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A detailed guide to citing sources in MLA and APA
Whether you are writing a blog post, a research paper, or creating a new webpage, if you want to avoid plagiarism or worse, then you need to cite your sources.
Fortunately, you have a lot of options.
From MLA to the APA format, there are multiple styles to choose from and plenty of resources out there to help you get your citations just right.
There’s a lot of information out there, so we’ve compiled this guide to help you understand how citing your sources works, the different styles with examples, and a breakdown of the tools you can use to generate citations and bibliographies, including:
What does citing sources mean?
When you cite sources in your work, you’re essentially telling the reader that the cited words or ideas came from someone else.
Without correctly citing your sources, you run the risk of falsely misrepresenting the work as yours, otherwise known as plagiarism.
Plagiarism is unethical and can cause many problems for the person stealing another’s work. In some cases, it can also be an illegal practice.
For instance, if you were to omit a citation for a source that’s protected by intellectual copyright, then you could face legal consequences.
Fortunately, you can easily avoid plagiarism by giving your sources the credit that they’re due. But avoiding plagiarism isn’t the only reason to cite your sources. Including citations demonstrates to your audience that your work is credible because you’ve done your research. It can also direct your readers to sources that could be beneficial to them. Additionally, if the reader questions the validity of the cited material, they can check the information themselves.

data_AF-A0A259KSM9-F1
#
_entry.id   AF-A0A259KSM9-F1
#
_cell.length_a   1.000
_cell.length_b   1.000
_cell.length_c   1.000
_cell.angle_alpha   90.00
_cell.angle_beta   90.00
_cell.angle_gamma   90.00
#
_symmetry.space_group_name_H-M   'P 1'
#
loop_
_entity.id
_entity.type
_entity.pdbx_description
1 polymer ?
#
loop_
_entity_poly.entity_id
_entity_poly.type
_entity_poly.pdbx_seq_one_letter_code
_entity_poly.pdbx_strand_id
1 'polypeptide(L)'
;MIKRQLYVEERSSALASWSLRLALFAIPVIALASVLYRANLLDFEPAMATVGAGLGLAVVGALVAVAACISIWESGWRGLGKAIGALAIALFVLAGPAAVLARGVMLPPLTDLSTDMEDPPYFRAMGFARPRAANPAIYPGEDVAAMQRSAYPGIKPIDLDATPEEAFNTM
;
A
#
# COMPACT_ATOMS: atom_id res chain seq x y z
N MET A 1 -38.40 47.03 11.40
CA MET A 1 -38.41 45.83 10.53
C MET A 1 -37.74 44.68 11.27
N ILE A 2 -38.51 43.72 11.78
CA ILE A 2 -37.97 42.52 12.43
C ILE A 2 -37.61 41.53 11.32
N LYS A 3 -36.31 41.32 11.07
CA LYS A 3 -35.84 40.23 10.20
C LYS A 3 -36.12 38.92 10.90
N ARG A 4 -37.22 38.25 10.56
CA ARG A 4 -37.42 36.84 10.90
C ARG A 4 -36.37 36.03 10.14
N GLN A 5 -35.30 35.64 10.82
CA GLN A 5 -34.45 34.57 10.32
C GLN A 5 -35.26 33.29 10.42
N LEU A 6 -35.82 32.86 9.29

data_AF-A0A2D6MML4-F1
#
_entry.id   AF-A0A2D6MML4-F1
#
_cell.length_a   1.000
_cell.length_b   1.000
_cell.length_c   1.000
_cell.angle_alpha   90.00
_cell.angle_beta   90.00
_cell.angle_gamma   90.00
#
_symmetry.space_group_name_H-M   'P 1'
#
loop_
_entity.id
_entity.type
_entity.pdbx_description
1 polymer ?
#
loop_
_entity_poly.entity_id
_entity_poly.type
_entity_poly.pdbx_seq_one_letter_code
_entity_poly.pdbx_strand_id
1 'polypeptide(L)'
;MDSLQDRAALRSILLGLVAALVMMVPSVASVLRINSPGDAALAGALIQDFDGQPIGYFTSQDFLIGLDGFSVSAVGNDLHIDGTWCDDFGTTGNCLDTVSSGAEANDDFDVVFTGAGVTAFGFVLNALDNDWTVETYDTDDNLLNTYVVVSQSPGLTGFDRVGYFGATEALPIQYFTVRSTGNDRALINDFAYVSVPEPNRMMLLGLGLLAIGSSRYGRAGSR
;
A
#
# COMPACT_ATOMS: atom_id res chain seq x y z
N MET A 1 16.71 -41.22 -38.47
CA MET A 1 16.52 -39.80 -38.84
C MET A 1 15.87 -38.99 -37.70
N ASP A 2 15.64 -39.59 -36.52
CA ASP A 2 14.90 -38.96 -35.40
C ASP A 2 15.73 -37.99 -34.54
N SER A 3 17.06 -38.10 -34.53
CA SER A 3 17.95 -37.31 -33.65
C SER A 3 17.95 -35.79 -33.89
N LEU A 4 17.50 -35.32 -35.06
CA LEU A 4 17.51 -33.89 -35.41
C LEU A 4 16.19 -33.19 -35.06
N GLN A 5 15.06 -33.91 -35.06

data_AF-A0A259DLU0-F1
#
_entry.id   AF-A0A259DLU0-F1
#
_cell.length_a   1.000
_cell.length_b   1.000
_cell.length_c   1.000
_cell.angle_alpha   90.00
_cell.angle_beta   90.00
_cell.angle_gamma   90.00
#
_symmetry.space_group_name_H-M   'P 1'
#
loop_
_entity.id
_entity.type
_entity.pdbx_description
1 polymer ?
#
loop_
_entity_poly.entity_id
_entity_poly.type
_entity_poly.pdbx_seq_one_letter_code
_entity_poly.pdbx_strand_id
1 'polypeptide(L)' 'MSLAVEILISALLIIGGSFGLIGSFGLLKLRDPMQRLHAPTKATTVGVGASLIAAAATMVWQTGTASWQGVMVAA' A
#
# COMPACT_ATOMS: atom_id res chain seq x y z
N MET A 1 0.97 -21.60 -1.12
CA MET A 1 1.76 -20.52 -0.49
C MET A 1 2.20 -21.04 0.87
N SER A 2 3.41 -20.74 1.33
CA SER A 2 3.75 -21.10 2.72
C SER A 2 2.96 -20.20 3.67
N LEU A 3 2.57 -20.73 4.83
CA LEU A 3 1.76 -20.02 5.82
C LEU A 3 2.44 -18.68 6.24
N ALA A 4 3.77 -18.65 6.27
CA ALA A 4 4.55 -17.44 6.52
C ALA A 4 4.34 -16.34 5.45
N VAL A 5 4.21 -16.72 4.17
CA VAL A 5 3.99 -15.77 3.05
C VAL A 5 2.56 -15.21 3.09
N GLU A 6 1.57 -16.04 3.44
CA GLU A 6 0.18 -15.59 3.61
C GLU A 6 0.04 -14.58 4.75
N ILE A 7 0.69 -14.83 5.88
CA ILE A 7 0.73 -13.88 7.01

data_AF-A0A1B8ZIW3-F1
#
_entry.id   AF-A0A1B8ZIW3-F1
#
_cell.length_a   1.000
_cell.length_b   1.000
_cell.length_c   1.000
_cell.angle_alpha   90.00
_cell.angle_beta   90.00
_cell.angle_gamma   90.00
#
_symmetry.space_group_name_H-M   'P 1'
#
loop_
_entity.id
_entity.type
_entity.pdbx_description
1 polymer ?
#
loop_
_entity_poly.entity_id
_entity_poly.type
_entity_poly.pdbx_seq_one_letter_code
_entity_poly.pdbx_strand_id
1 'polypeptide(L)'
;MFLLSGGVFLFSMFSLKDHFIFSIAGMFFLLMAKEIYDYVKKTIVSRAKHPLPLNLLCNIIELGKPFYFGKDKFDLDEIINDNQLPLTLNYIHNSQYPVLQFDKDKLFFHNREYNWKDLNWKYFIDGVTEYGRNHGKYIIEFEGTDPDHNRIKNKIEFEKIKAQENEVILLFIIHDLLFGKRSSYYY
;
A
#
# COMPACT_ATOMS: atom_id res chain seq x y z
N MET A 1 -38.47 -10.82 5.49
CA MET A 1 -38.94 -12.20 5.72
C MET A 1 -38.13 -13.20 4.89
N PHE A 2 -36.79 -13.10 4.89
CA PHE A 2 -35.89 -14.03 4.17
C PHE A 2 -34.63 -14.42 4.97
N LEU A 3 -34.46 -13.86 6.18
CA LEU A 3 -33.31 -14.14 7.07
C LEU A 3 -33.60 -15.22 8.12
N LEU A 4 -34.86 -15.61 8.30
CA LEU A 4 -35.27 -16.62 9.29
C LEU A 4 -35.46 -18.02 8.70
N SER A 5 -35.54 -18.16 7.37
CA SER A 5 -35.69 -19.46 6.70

There are quite a few different types of material that you can cite. Most people make the mistake of thinking only books should be cited, but that’s just one of many. Here are several of the most common types of materials that can be cited:
- Print books, newspapers, trade publications, and journal articles.
- Digital or electronic articles, blog posts, articles from databases, websites, social media posts, source code, emails, whitepapers, and ebooks.
- Interview, conversations, lectures, and academic presentations.
- Charts, tables, architectural plans, images, tables, artwork, or illustrations.
- Podcasts, speeches, vlogs, and television.
- Census data, government data, survey data, statistics, and geospatial data.
Following your chosen citation style guidelines, whenever you cite a source, you’ll be expected to share information about the source, such as the original author name, date of publication, name of the publication, book title, edition number, issue numbers, etc.
Often, you’ll have an abbreviated citation within the text followed by a full list of source information at the end that can be referenced by the reader.
Depending on the source, the available information that you could include and the way you set up your citations will vary. This is why it’s so important that you follow the citation format you use.
In the next section, we’ll cover some of the different citation methods that can be used to credit your sources, including three of the most common styles: MLA, APA, and Chicago style.
3 ways to cite a source
You’ll need to use different citation methods based on the type of writing you’re working on. There are many different styles to choose from, but in academics, the field you’re studying or working in will often dictate the citation style you’ll need to follow.